A few of thoughts:
- – Perhaps there should be a ‘technical skills (here think STEM) and financial education certificate’ taught in all schools; dare one suggest, instead of the useless Citizenship Studies?
- – Perhaps there should be move back to valuing apprenticeships outside the traditional ones of engineering etc – areas such as the law, accountancy (like articled clerks) – instead of pushing the route of university thereby bringing the benefit of less debt for students and career focused training whilst being paid.
- – What about reducing college degrees to 2-years and allowing the ‘third year’ to be credited to a personal training account to be accessed and used over the course of a person’s working career (an education credit, if you will)?
- – The State doesn’t have to pay upfront for full time education and perhaps employers should get some form of tax break.
Transforming employment and taxation
At the heart of this debate is the recognition – and it is hard to see it as otherwise – that the current system of employment and taxation in the UK is not fit for purpose.
Why continue to insist on employment status for all when work will become more portfolio based, more flexible and more adaptable? The very fact of permanent employment status simply reinforces the idea that we will remain in one job for the long-term – an increasingly unlikely scenario.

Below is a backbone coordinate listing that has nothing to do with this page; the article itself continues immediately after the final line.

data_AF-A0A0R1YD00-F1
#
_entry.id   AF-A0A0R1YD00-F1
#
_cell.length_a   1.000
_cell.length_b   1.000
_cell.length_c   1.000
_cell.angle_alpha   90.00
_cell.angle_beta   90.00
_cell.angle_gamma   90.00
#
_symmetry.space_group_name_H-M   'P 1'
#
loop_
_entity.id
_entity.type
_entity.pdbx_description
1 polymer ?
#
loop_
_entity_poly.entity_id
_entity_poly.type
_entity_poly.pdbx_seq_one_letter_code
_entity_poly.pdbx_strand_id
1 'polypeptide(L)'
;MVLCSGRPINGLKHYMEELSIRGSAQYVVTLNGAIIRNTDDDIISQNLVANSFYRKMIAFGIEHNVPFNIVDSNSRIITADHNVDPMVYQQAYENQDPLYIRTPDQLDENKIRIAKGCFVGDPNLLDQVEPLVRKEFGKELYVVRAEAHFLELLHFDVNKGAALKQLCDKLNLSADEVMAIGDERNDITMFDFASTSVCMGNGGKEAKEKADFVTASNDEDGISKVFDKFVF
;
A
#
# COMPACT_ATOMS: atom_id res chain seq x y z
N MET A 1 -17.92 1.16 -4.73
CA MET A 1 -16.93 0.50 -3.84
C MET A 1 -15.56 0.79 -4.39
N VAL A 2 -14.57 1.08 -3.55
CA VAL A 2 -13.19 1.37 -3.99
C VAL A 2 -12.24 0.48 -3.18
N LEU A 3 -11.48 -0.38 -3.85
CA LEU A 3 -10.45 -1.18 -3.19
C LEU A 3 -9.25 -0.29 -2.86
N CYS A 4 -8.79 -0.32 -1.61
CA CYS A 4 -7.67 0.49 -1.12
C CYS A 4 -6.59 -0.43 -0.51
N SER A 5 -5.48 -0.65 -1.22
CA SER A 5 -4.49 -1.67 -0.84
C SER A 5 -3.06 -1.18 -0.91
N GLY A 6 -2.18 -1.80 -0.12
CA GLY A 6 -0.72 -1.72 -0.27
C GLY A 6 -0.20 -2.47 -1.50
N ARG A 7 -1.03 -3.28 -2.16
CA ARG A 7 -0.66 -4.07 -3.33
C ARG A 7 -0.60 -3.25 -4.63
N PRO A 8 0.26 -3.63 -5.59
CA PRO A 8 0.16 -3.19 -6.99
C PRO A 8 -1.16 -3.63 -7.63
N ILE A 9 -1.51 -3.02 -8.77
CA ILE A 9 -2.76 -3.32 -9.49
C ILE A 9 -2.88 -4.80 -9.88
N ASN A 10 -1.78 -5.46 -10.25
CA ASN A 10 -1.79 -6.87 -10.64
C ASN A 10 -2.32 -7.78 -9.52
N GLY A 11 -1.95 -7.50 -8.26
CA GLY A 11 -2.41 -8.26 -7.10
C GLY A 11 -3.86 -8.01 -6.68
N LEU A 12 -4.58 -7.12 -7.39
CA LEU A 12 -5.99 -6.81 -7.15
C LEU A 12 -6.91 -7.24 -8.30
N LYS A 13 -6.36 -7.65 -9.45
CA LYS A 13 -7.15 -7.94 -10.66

The inconsistency of the national insurance system also reinforces this problem. This was brought in to stark focus during the 2020 Covid-19 pandemic some businesses were able to access government assistance and others were not. National insurance is now, effectively, no more than general taxation to which certain social security rights are attached. The employers’ portion of national insurance, currently 13.8%, is seen by many as an outright tax on jobs.
What might this new world look like? Some thoughts:
- – End the whole idea of employment status and make every individual worker an independent contractor.
- – Abolish national insurance as a separate tax (and merge into income tax and/or corporation tax).
- – Set up a portable tax and benefits account for each individual; irrespective of whether a person works for a particular company for one week or ten years, this account can accrue state pension entitlement, a basket of protections against discrimination or unfair dismissal, the education credit mentioned earlier and the ability to manage self-assessment, expense claims and so on.
- – Develop a system which can accommodate “negative income tax” so that over the course of a working life any necessary benefits could be applied through the same mechanism.
The outcome would be consistency, a more efficient management of the tax and benefits system and an approach to work and ‘employment’ status more in line with the direction of travel in the new, more digital, workplace. Increased home-working merely increases the need for changes.
There would also be a transformational impact on how an individual would view their own ‘employment’ career; accepting responsibility, recognising the need for adaptability and flexibility and encouraging entrepreneurship and innovation.
Will Rishi Sunak grasp this opportunity to change and equip our workforce and nation for the challenges ahead? Or is this too radical and will it yet again be kicked into the long grass?
Dr Richard Turnbull is the Director of the Centre for Enterprise, Markets & Ethics (CEME). For more information about Richard please click here.